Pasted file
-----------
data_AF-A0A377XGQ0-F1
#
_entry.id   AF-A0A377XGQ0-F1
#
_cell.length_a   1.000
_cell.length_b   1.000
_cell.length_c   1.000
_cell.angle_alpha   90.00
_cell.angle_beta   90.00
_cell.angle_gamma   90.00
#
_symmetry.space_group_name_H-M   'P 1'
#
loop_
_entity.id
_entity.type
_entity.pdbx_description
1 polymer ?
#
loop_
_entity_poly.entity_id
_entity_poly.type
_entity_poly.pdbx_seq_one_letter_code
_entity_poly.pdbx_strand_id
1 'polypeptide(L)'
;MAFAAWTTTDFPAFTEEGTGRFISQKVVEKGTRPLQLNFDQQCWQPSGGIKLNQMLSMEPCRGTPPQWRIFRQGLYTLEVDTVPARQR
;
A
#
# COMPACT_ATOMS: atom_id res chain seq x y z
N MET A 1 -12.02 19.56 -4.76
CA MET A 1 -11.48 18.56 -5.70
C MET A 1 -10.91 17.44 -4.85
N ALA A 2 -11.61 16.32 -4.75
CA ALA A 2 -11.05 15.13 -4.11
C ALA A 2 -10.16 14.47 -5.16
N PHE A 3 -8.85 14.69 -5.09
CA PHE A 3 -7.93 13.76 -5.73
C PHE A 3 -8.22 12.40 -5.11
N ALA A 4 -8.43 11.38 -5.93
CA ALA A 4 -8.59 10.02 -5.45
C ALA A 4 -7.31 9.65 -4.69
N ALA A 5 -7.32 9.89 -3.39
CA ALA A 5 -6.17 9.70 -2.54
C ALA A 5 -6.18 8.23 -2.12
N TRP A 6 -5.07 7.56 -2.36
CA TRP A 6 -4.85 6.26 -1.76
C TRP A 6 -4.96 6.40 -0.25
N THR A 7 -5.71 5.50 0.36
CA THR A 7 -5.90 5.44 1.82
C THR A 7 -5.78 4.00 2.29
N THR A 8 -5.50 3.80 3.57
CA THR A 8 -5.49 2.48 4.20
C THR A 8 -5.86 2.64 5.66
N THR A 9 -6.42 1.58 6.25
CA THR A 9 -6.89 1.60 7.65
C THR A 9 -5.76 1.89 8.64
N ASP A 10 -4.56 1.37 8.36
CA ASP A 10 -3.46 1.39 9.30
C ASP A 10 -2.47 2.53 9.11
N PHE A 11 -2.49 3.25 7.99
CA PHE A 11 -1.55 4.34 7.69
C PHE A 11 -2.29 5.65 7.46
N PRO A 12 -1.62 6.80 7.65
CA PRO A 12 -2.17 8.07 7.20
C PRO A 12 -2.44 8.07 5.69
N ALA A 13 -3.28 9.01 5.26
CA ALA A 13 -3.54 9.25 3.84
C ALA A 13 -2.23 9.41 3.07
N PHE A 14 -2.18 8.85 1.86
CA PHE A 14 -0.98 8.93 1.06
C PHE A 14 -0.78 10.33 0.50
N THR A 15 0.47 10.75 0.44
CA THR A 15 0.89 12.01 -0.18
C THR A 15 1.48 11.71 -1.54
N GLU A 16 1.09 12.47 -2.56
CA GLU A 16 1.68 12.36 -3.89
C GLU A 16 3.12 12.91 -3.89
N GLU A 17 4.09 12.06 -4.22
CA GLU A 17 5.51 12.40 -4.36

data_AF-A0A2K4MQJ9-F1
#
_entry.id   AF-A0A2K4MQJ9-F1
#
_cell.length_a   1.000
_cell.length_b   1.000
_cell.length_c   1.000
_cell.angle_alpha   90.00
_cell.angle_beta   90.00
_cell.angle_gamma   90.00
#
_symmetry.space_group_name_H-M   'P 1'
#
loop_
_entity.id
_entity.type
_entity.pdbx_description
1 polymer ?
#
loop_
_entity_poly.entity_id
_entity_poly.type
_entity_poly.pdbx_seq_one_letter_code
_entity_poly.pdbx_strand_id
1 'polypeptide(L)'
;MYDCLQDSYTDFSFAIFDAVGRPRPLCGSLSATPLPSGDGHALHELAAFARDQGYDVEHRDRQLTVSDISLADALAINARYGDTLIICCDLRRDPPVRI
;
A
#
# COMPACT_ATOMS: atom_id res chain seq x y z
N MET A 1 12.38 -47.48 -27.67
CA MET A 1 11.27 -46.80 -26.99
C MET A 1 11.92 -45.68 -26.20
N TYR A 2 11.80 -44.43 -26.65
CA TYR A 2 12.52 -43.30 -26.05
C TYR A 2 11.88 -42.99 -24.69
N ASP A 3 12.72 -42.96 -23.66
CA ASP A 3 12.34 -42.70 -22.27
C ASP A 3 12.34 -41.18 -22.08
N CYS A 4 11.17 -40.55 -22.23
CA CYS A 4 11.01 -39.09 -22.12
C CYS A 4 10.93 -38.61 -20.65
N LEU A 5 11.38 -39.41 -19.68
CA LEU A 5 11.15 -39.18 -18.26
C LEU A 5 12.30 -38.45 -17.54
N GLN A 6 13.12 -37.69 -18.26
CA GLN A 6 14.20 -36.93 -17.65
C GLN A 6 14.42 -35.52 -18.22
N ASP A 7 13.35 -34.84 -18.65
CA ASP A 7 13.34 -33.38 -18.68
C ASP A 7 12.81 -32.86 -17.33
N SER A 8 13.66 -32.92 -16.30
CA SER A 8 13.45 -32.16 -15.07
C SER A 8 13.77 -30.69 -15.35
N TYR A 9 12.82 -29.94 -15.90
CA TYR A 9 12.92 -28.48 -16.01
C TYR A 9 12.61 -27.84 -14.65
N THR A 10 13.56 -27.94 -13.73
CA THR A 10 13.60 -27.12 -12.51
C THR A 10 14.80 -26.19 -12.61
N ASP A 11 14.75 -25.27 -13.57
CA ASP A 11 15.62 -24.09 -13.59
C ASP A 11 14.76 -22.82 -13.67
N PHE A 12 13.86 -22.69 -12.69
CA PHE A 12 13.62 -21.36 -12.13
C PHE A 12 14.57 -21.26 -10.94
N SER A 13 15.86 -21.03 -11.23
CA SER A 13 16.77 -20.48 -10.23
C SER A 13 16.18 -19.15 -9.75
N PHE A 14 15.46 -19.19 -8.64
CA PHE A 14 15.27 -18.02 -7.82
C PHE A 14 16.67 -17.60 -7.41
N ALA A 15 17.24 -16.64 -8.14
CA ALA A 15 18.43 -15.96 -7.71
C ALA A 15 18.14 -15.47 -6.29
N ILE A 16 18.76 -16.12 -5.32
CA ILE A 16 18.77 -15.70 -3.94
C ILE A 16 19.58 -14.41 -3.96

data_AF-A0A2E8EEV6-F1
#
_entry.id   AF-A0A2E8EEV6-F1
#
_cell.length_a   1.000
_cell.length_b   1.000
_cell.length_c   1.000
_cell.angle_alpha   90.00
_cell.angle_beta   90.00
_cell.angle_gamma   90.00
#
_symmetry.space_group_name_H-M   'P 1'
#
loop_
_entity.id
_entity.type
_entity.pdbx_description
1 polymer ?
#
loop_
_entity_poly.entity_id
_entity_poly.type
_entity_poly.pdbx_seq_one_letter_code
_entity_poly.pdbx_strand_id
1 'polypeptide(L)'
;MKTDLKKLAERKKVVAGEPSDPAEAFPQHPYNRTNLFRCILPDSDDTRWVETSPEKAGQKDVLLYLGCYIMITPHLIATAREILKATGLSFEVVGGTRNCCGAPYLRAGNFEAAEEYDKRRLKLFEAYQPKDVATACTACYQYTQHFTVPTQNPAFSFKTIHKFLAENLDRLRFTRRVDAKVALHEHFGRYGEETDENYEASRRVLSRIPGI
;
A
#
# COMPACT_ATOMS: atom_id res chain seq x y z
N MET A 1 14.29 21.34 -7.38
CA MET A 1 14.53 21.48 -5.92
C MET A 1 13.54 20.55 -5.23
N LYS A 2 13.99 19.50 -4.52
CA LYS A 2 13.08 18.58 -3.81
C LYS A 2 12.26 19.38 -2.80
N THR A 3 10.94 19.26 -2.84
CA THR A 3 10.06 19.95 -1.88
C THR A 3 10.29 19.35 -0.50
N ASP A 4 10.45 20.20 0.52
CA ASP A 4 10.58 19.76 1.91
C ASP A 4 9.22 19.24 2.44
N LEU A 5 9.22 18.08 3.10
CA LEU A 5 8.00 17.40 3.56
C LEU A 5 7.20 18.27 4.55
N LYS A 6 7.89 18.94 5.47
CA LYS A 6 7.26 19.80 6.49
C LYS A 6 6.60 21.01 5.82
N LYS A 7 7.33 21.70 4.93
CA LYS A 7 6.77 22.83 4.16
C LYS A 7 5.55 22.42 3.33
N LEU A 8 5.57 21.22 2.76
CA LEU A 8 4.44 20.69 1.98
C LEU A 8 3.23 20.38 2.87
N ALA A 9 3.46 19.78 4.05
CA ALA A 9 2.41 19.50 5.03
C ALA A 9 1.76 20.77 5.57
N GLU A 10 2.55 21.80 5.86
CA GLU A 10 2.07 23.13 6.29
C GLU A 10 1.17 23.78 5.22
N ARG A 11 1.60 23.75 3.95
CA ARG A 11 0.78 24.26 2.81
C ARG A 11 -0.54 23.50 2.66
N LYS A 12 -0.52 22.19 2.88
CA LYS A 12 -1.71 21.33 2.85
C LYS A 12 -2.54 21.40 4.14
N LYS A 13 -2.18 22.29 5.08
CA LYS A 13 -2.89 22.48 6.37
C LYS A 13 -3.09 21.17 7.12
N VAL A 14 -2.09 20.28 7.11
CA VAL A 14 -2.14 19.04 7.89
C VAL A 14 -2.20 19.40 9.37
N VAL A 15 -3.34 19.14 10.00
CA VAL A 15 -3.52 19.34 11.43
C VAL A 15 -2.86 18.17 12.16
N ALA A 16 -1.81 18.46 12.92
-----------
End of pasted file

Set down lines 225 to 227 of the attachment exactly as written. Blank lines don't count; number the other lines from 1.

N LYS A 13 -2.18 22.29 5.08
CA LYS A 13 -2.89 22.48 6.37
C LYS A 13 -3.09 21.17 7.12